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the anxious care which most men usually devote to this object has no intrinsic value, nor the maxim from which they act any moral import."
What shall we say to this?
(1) Kant's statements are a mere crystallization of an unanalyzed feeling; their plausibility rests upon our ingrained enthusiasm for goodness. But if that enthusiasm be challenged, how shall we justify it? How do we know that good will is good, unless we can see why it is good? Many other things appeal to our instincts as good; may not this particular judgment be mistaken, or may not all these other things be equally good with good will? Kant's Hebraic training is clearly revealed in his exaltation of good will; it reflects the practical Lebensweisheit we have learned from the Bible. To the Greek it would have been foolishness, fanaticism. We want not only good will, but wisdom, sympathy, skill, common sense. Also we want health, love, wives and children, friends, and congenial work. All of these things are part of the worth of life. What would it profit us if we lost all these and had only our good will!2 The valuation that ignores all natural goods but one is unreal, inhuman, fanatical; it leads when unchecked to the emasculated life of the anæmic mediæval saint or anchorite. Kant's eloquent eulogy of good will appeals to one of our noblest impulses; but that impulse is as much in need of justification to the reason as any other, and it is only one of a number of equally healthy and justifiable natural preferences. Good will, the
1 The Metaphysic of Morality, sec. I.
? A reductio ad absurdum of the Kantian view may be found in Cardinal Newman's statement of the Catholic Christian view. “The Church holds that it were better for sun and moon to drop from heaven, for the earth to fall, and for all the many millions who are upon it to die of starvation in extremest agony, so far as temporal affliction goes, than that one soul, I will not say should be lost, but should commit one single venial sin, should tell one willful untruth, though it harmed no one, or steal one poor farthing without excuse.” (Anglican Difficulties, p. 190.)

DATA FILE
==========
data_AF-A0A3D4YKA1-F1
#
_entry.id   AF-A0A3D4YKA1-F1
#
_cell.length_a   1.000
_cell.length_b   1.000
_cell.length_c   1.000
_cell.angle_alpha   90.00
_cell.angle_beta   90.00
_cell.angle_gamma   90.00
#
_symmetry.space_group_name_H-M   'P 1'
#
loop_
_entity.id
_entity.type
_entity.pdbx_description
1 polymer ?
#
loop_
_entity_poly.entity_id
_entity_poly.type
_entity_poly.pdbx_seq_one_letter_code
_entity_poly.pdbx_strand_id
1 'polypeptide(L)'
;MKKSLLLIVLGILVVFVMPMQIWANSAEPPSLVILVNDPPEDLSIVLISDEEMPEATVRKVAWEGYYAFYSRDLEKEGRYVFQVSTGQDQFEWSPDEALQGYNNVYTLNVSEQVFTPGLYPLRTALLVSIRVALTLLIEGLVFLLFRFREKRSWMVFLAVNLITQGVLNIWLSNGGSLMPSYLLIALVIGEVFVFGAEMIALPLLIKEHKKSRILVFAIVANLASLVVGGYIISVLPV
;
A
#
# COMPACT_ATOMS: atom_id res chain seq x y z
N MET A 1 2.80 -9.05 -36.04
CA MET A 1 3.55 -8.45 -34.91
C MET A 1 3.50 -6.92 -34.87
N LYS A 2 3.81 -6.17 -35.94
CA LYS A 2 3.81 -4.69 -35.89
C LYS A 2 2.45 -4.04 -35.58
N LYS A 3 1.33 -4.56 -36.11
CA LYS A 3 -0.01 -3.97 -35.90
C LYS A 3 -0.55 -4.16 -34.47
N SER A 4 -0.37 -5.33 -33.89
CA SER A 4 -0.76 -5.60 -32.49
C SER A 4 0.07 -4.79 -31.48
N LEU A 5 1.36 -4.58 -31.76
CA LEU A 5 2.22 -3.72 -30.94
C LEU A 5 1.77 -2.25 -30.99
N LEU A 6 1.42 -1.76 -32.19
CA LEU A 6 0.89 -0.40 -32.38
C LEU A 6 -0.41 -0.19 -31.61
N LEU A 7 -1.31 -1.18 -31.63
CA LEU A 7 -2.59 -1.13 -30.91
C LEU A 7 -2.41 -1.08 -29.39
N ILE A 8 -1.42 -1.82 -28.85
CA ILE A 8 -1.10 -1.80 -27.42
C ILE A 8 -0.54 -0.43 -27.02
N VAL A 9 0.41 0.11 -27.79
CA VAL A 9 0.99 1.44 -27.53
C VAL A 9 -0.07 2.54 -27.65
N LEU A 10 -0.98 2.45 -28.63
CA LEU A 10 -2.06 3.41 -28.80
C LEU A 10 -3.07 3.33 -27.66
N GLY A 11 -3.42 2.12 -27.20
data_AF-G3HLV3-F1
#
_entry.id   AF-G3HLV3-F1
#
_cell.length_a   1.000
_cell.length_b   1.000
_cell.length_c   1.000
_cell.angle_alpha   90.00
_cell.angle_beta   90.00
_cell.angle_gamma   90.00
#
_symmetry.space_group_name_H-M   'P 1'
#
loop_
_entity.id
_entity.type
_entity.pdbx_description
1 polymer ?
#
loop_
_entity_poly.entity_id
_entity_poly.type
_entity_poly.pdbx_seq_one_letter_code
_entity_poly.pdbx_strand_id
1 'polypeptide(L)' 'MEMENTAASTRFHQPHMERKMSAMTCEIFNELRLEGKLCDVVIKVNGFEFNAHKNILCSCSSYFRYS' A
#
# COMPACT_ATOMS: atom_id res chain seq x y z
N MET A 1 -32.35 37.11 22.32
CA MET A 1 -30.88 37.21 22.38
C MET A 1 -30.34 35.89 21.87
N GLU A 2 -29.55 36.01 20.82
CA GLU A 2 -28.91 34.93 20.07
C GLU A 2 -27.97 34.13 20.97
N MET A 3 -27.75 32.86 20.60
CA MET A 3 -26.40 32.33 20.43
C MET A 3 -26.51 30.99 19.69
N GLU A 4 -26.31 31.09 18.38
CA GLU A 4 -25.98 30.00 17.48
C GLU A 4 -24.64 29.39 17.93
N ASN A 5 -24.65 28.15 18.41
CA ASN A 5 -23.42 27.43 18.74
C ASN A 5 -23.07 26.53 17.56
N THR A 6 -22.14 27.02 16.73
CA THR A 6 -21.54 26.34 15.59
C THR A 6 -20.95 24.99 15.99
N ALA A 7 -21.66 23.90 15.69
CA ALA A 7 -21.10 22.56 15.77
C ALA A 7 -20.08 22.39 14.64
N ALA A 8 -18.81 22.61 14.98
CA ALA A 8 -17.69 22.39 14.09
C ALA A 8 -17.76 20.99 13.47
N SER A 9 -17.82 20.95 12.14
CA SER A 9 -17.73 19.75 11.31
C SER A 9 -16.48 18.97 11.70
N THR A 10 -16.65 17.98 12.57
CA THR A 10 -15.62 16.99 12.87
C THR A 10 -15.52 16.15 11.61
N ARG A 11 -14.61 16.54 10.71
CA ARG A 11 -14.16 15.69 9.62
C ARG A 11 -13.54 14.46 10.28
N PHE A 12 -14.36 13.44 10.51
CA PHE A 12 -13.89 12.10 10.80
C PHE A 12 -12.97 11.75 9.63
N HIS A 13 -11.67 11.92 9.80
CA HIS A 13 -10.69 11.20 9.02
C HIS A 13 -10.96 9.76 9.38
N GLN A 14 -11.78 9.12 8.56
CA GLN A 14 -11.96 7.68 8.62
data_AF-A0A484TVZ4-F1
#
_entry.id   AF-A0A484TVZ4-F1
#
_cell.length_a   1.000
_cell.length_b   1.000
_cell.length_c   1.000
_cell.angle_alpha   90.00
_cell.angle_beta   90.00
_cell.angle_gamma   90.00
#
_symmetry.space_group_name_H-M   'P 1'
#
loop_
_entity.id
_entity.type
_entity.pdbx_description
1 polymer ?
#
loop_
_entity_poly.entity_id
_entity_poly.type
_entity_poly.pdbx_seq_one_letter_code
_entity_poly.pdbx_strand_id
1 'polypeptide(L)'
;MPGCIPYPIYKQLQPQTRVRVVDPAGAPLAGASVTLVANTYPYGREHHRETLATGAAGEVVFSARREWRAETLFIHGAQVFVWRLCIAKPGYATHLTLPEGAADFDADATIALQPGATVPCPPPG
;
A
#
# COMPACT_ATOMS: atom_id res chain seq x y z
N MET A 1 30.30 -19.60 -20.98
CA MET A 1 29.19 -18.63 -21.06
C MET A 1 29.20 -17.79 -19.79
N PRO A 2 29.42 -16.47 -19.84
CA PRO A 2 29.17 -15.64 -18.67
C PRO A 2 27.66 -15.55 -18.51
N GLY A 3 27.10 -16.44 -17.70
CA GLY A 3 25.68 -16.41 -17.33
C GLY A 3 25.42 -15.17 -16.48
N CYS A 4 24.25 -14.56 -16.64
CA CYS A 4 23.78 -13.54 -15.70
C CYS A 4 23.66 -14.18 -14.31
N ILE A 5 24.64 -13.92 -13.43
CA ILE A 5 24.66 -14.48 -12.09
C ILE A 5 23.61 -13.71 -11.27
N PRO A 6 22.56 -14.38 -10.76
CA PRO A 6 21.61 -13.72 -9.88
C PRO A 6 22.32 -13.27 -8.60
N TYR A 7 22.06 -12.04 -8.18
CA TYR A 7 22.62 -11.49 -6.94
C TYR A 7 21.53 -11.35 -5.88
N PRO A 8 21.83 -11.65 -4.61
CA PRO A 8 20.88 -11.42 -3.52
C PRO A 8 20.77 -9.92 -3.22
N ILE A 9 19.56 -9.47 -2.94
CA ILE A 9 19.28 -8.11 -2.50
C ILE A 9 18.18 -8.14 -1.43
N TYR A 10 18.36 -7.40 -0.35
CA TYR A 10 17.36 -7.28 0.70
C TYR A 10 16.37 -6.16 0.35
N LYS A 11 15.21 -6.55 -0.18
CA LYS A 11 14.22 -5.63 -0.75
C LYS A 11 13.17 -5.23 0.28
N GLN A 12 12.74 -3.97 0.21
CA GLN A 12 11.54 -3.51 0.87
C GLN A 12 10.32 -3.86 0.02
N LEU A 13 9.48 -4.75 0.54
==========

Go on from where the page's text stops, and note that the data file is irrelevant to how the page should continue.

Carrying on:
desire to do right, is perhaps, on the whole, in the emergency, a safer guide to trust than warm-blooded impulse or reasoned calculation. Moreover, it has a thin, precarious existence in most of us at best, and needs all the encouragement it can get. Practically, we need Kant's kind of sermonizing; we need to exalt abstract goodness and resist the appeal of immediate and sensuous goods. So Kant has been popular with earnest men more interested in right living than in theory. But as a theorist he is hopelessly inadequate.
(2) It is true that we admire good will without consideration of the effects it produces, and even when it leads to disaster. But if good will usually led to disaster we should never have come to admire it. Chance enters into this world's happenings and often upsets the normal tendencies of acts. But we have to act in ways that may normally be expected to produce good results. And we have to admire and cherish that sort of action, in spite of the margin of loss. The admiration that we have come to feel for goodness is partly the result of social tradition, buttressing the code that in the long run works out to best advantage; and partly, of course, the spontaneous emotion that rises in us at the sight of courage, heroism, self-sacrifice, and the other spectacular virtues. But however naive or sophisticated a reaction it may be, its psychogenesis is perfectly intelligible, and its existence is no proof of the supernal nature of the goodness of "good will."
(3) Kant argues as follows: “Nothing can possibly be conceived, in the world or out of it, which can be called good without qualification, except a good will." He goes on to show that wit, courage, perseverance, etc., are all bad if the will that makes use of them is bad as in the case of a criminal; while health, riches, honor, etc., may inspire pride or presumption, and so not be unmitigated goods. Good
Op. cit., sec. I.
will, then, is the one thing that can in every case be called good.
But is this so? May not a man have good will and yet do much mischief? If courage, wit, etc., need to be employed by good will, so does good will need to be joined with common sense, knowledge, tact, and many other helpers. Good will is good only if it is sanely and wisely directed; else it may go with all sorts of fanaticism. If one says, “It is still good qua good will,” we may reply, “Yes, but so are all goods; courage is always good qua courage, knowledge qua knowledge,” etc. All harmless joys are good without qualification, and all goods whatever are good except as they get in the way of some greater good or lead to trouble.